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Flag Protocol UK: British Flag Etiquette

This guide explains the respectful etiquette of flying National Flags in the United Kingdom. UK flag protocol relates to its superior position while it flies aloft and blows free.

FLAG FLYING ETIQUETTE: All flags, including the Union Flag and those of England, Scotland, and Wales, should always be displayed in a manner which is befitting of the country’s national emblem.

Improper Use of National Flags

National Flags should never be treated with indignity. They should always be flown without inferiority to any other flag.

This conforms to the proper flag etiquette while aloft and waving free without interference.

Displaying any of the National Flags as a mask to cover cartons, boxes, or barriers is improper and disrespectful. Large banners should not be used to drape over a table or seat cover.

The same protocol applies to bridging the space between floor and ground level on a dais (low stage), platform, or podium.

The flags of England, Scotland, and Wales should not be used to cover a monument or large statue, as a rule. Shrouding a plaque before an unveiling ceremony is bad practice at the least, and horribly distasteful at the worst.

Proper flag flying etiquette in the United Kingdom means they should always be flown in good condition. In other words, avoid flying them in a dilapidated or damaged state.

Always replace soiled representations. This shows the uttermost respect for each nation’s dignitaries and its citizens.

Flag Etiquette UK

UK flag flying rules regulate when, and how, you fly flags in the United Kingdom.

  • As a rule, flags should be flown between the hours of sunrise and sunset.
  • Flags should have appropriate illumination (better by spotlight) at all times if they get displayed at night.
  • No permission is usually required to fly the National Flags and they have explicit exclusion from planning regulations.
  • Nonetheless, flagpole permission is not always excluded from council planning rules in the United Kingdom.
Position of Honour

Due precedence and consideration should always go to flag flying etiquette and protocol in the United Kingdom. This is even more so for any display of the UK’s National Flags (or sovereign national flags).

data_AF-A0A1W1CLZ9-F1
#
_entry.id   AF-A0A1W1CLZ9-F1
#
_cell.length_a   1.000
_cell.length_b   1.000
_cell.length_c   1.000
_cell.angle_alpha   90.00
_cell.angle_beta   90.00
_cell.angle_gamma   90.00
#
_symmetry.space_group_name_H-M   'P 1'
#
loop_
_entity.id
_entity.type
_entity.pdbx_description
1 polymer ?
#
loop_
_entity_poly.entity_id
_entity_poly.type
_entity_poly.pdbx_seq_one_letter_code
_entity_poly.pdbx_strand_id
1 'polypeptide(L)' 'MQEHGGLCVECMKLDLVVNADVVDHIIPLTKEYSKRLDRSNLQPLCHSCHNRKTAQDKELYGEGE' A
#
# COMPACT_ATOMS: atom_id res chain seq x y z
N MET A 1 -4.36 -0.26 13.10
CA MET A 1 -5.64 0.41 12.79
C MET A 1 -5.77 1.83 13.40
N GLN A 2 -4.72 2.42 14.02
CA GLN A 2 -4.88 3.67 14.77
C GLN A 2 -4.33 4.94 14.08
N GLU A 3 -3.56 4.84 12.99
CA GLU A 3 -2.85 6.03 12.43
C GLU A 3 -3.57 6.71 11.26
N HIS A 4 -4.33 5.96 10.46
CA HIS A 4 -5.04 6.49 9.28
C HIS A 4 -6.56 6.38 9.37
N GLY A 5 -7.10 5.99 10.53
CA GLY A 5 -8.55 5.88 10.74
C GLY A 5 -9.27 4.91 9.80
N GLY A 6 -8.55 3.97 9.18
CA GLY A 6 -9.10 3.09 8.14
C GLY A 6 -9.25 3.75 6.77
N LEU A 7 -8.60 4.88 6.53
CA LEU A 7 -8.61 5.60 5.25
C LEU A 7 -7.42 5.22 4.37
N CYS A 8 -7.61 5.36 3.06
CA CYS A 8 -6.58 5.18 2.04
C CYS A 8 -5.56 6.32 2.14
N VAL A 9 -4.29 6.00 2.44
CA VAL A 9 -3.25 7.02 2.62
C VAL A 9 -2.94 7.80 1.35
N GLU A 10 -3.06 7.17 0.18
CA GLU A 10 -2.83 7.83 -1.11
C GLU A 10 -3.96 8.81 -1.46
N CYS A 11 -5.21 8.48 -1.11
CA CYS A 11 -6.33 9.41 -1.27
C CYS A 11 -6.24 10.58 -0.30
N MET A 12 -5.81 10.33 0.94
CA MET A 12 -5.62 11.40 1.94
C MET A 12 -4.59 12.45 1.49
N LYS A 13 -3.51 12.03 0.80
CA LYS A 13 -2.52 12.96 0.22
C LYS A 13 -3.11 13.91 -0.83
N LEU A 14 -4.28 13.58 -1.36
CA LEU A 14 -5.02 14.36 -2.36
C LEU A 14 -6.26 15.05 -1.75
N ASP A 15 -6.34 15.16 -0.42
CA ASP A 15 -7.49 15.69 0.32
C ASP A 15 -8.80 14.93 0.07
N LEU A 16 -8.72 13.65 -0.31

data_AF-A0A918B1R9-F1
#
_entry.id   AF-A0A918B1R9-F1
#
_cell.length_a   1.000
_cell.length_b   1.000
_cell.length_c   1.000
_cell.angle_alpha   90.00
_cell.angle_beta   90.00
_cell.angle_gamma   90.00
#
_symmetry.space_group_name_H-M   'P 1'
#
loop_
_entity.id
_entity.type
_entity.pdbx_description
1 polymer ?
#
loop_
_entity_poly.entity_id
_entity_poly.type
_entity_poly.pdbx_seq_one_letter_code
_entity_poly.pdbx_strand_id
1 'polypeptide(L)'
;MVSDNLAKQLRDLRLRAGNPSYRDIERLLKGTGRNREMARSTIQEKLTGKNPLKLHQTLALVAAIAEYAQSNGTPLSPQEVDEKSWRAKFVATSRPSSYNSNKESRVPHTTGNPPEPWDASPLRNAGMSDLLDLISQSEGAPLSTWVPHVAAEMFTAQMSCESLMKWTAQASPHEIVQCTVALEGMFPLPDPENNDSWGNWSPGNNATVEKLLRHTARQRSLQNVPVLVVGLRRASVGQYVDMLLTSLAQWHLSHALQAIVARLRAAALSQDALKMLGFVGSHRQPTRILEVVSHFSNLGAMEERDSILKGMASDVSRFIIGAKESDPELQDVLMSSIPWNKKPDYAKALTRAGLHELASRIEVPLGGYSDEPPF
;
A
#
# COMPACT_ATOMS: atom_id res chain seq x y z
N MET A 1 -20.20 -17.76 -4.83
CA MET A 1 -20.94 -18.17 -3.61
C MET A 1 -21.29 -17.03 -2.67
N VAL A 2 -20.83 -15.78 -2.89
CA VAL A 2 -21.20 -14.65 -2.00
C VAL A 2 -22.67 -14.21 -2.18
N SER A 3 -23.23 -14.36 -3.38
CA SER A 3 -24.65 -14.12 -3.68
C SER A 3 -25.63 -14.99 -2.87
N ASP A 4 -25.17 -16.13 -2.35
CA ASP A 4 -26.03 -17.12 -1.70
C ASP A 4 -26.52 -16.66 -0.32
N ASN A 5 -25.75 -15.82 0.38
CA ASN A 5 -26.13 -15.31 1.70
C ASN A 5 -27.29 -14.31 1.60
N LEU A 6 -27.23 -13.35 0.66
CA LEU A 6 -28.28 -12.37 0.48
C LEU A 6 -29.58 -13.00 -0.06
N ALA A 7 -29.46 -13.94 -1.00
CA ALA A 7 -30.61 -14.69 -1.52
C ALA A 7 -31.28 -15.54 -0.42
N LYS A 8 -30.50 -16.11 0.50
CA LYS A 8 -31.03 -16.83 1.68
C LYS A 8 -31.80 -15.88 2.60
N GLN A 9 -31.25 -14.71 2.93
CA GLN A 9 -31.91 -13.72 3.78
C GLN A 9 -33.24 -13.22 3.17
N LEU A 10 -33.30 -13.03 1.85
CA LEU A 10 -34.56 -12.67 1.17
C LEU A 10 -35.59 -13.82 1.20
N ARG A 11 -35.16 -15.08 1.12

There are times when the aim of your presentation will be for decoration only. In this case, it may be more appropriate to confine the display to flags of lesser status. Examples could include pennants, buntings, or coloured
house flags.

Precedence of Flags in the United Kingdom

The accepted order of precedence of flags in the United Kingdom is:

  1. Royal Standards
  2. The Union Jack Flag (flown the correct way up)
  3. The Constituent National Flag of the home
    country (England, Scotland, or Wales)
  4. Flags of other nations (in English alphabetical order)
  5. The flag of the European Union
  6. Flags of counties
  7. Flags of cities or towns
  8. Banners of arms
  9. House flags
Flag Etiquette UK: British Flag Flying Protocol
International Flag Flying Protocol

All international flags should have the same width when National Flags are flown with those of other nations. The classification of this is the measurement from top to bottom. Each flag should fly from a separate flagpole. It is
very important that all the flagpoles are of the same height.

International flag flying protocol prohibits the flying of any nation’s flag higher than another in peacetime. The exception would be for medal ceremonies during sporting events. Square shaped flags can have a larger width (up
to 125%) to balance the equal surface area.

As a rule, the most senior National Flag should get raised first and lowered last. The exception could be whereby they can all get raised and lowered at the same time.

Flying the British Flag Protocol

In general, all flags should get raised briskly and without delay. When they get lowered it should take place in a ceremonious fashion.

A typical British flag flying tradition is to hoist it while rolled and tied off with a thin piece of cotton. Then, tugging sharply on the slip knot (halyard) breaks the cotton and releases the flag.

The freeing technique is officially referred to as ‘breaking the flag‘. It is a common practice used to symbolize the beginning of a ceremonious event. Breaking the flag also occurs as a mark of respect for the
arrival of a VIP or international dignitary.

British Flag Etiquette and Protocols in the United Kingdom